The Navy received its first Block V configured Tomahawk missile from Raytheon March 25, paving the way to provide the fleet with an upgraded warfighting capability.
These first Block V missiles are from the existing Tomahawk Block IV inventory, and have been recertified and modernized for fleet use.
«This is the next big advancement in Tomahawk capability, and a major achievement for the program», said Captain Red, program manager for the Tomahawk Weapons System program (PMA-280). «We’re focused now on delivering advanced capability to the fleet by recertifying and modernizing our Block IV inventory, and by contracting production Block V missiles».
Red spoke at a virtual ceremony March 25 to commemorate the event along with industry leaders. He noted over the last four decades the program has continued to upgrade Tomahawk’s capability and this marked the collaboration between Raytheon, supply chains, field activities and the program office.
Raytheon is conducting the mid-life recertification process at its Camden, Arkansas facility. The process replaces life-limited components in Block IV missiles to enable their remaining 15 years of service life, and provides the opportunity for the missiles to receive Block V modernizations. All Block IV missiles will undergo recertification and modernization.
Block V Tomahawk missiles feature a NAV/COMMs upgrade that maintains the capability for In-Flight Target Updates and Improved Navigation. Future Block V capabilities will add to the NAV/COMMs upgrade and include the Maritime Strike Tomahawk (MST) variant, designated as Block Va; and the Joint Multiple Effects Warhead System (JMEWS), designated as Block Vb.
General Dynamics Electric Boat Corp., Groton, Connecticut, is awarded a $2,417,500,565 fixed-price incentive modification to previously awarded contract N00024-17-C-2100 to exercise an option for the construction of a 10th Block V Virginia-class submarine with Virginia Payload Module.
On 2 December 2019, the Navy announced an order for nine new Virginia-class submarines – nine Block Vs – for a total contract price of $22 billion with an option for a tenth boat.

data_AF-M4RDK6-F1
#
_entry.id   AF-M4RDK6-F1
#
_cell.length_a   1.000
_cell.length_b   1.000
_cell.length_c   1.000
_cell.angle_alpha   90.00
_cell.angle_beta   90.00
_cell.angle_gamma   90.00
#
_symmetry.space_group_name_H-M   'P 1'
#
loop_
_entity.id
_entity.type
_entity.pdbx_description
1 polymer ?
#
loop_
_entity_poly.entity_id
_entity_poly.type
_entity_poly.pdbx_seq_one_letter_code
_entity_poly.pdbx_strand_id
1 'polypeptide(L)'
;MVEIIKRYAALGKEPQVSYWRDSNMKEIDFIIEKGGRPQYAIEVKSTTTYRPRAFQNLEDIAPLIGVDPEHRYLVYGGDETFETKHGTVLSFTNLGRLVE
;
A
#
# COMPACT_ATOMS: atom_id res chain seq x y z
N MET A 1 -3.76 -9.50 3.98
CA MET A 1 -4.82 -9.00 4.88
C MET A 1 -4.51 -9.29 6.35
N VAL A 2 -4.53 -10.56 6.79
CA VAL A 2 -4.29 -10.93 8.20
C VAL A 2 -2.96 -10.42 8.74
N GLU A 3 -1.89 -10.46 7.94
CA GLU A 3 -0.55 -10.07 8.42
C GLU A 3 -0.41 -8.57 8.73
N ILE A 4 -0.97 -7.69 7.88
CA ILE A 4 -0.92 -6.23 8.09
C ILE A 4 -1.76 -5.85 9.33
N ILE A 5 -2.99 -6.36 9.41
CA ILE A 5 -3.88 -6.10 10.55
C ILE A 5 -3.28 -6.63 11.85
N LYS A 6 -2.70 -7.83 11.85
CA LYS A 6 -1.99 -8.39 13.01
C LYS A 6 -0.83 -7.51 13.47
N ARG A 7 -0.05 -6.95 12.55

Electric Boat Corp. will continue to subcontract with Huntington Ingalls Industries – Newport News Shipbuilding. Work will be performed in:
Newport News, Virginia (34%);
Quonset Point, Rhode Island (14%);
Sunnyvale, California (7%);
Groton, Connecticut (7%);
Annapolis, Maryland (1%);
Norfolk, Virginia (1%);
Tucson, Arizona (1%);
Bethlehem, Pennsylvania (1%), with other efforts performed at various sites (each less than 1%) throughout the U.S. (33%) and other areas outside of the U.S. (1%).
Work is expected to be complete by February 2030:
fiscal 2021 shipbuilding and conversion (Navy) funds in the amount of $2,139,601,847 (79%);
fiscal 2020 shipbuilding and conversion (Navy) funds in the amount of $388,281,954 (14%);
fiscal 2019 shipbuilding and conversion (Navy) funds in the amount of $174,049,792 (6%);
fiscal 2018 shipbuilding and conversion (Navy) funds in the amount of $18,844,873 (1%) will be obligated at time of award and will not expire at the end of the current fiscal year.
These include funding for previously announced long lead time material and economic ordering quantity material. The Naval Sea Systems Command, Washington, D.C., is the contracting activity.
BAE Systems has received a contract to produce payload tubes for two of the U.S. Navy’s new Virginia-class (SSN-774) submarines to support increased firepower on the Block V version of the attack subs.
Under the contract with General Dynamics Electric Boat, a builder of the Virginia class, BAE Systems will deliver two sets, each consisting of four tubes, for the Virginia Payload Modules on the SSN-804 and SSN-805.
The Virginia Payload Module (VPM) extends the length of the Block V submarines over previous versions of the Virginia-class by adding an additional mid-body section to create more payload space for greater firepower. Each large-diameter payload tube can store and launch up to seven Tomahawk cruise missiles. The VPM offers exceptional flexibility as well for the integration of future payload types, such as unmanned systems or next-generation weapons.
«The Virginia Payload Module is critical to the Navy’s undersea presence», said Joe Senftle, vice president and general manager of Weapon Systems at BAE Systems. «With the VPM, the Navy is adding significant capability to the Virginia-class by increasing the firepower of these subs and tripling their payload capacity».
BAE Systems, which is also providing payload tubes for the SSN-803 under a previously awarded VPM contract, has a long history of supporting the Navy’s submarine fleet as the leading provider of propulsors and other submarine systems. The company was selected to provide propulsors, spare hardware, and tailcones for Block IV Virginia-class vessels and stands ready to provide the same support for the Block V subs.
Under this most recent contract, BAE Systems will also develop the processes and tooling necessary for the Block V payload tube production. Work will be performed at the company’s facility in Louisville, Kentucky, with deliveries scheduled to begin in 2020.